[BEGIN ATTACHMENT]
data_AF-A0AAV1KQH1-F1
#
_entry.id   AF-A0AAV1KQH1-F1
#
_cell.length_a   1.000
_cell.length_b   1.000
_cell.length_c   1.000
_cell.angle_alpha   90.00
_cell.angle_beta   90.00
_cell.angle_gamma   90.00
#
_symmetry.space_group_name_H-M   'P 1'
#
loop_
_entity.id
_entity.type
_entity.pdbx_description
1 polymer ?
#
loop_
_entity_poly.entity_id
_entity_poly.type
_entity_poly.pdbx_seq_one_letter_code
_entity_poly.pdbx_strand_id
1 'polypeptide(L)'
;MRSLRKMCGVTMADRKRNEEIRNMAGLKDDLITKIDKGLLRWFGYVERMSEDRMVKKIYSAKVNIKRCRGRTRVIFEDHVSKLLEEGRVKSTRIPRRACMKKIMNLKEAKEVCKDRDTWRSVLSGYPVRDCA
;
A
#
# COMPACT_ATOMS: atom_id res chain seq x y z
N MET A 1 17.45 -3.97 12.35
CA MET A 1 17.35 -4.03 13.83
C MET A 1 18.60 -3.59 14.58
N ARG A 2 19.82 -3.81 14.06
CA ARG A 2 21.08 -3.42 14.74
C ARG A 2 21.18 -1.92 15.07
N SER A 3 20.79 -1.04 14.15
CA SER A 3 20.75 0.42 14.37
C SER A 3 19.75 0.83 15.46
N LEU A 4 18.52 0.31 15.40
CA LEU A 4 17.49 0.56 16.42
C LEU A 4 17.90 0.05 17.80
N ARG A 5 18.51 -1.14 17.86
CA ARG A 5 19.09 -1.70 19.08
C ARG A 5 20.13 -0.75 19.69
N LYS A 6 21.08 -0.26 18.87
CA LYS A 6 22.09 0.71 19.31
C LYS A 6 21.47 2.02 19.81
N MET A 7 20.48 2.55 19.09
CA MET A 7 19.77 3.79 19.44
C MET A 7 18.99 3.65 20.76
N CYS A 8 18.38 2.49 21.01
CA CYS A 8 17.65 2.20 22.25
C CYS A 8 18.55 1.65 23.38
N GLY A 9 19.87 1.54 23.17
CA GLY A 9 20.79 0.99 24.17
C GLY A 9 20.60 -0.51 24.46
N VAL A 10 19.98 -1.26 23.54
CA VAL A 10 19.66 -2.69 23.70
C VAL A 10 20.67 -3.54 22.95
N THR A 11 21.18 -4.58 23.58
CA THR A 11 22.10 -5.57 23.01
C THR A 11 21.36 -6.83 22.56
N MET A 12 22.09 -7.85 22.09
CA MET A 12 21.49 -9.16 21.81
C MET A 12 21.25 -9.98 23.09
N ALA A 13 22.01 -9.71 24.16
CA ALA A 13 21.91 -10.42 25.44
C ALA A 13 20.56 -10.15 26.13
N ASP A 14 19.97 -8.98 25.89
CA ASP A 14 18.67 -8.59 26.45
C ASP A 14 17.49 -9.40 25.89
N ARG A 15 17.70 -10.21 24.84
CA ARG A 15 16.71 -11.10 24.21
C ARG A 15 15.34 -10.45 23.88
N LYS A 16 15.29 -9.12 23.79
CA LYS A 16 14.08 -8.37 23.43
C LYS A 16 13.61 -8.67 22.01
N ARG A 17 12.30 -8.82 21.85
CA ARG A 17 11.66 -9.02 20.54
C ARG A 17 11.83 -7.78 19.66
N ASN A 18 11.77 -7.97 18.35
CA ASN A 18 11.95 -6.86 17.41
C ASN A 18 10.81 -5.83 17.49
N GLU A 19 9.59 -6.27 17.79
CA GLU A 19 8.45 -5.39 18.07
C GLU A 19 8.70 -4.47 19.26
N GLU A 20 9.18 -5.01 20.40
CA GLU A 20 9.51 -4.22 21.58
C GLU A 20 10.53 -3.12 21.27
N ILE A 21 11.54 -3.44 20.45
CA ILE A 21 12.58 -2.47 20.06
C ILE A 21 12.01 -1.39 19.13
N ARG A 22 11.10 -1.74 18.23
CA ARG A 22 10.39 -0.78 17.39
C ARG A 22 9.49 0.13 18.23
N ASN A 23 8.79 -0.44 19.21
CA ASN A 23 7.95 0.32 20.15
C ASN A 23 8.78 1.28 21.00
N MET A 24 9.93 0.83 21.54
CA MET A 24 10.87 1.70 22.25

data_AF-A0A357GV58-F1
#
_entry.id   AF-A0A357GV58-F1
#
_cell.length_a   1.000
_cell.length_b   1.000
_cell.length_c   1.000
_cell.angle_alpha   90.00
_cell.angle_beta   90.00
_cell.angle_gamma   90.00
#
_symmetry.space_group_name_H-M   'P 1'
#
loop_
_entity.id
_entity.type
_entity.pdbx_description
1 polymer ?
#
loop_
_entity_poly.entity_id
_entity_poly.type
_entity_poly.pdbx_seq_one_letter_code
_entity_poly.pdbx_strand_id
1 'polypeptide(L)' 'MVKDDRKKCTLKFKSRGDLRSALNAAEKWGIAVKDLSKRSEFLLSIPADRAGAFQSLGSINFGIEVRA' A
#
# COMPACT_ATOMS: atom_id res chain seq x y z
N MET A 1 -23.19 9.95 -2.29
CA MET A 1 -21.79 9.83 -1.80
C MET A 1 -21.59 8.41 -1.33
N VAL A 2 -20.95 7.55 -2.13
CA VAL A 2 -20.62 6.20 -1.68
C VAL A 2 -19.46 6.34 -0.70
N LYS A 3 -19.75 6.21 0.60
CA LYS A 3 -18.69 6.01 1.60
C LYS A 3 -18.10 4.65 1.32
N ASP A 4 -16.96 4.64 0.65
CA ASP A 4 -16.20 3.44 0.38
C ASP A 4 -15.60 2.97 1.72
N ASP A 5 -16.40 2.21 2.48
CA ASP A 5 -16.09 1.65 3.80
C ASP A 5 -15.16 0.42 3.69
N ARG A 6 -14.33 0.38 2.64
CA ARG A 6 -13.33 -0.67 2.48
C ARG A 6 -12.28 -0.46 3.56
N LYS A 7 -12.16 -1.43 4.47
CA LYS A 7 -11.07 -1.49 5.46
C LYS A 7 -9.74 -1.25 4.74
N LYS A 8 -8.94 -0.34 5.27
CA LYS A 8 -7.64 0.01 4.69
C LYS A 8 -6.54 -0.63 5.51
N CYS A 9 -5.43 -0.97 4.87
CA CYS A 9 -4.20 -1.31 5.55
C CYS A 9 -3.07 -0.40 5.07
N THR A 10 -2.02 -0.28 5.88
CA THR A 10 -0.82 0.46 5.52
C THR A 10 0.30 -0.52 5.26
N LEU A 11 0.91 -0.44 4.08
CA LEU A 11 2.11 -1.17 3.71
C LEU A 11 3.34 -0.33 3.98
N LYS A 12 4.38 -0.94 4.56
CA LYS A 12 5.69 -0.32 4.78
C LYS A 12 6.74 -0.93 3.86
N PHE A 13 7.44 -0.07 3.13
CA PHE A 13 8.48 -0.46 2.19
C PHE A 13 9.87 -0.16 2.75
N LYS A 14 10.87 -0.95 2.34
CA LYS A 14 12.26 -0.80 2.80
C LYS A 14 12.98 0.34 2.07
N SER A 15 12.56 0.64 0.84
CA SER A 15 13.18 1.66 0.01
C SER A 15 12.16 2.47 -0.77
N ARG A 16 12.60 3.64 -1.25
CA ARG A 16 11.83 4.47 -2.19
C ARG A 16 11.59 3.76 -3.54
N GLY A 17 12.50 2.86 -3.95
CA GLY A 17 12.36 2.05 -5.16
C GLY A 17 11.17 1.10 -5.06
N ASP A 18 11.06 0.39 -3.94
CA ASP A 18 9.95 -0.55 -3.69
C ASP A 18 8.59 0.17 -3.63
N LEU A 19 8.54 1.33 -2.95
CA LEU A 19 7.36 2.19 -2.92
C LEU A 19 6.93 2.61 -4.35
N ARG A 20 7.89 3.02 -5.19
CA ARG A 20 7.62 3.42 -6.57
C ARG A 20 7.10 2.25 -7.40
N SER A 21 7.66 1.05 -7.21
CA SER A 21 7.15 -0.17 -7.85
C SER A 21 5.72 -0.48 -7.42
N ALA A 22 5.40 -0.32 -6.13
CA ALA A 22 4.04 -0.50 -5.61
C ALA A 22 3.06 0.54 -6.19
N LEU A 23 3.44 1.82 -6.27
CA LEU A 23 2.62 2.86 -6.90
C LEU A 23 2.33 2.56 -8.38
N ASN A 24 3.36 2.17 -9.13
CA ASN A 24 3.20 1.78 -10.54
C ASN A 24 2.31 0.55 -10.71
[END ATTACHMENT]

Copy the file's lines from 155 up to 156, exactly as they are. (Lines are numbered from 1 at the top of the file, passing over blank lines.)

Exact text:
C CYS A 9 -3.07 -0.40 5.07
N THR A 10 -2.02 -0.28 5.88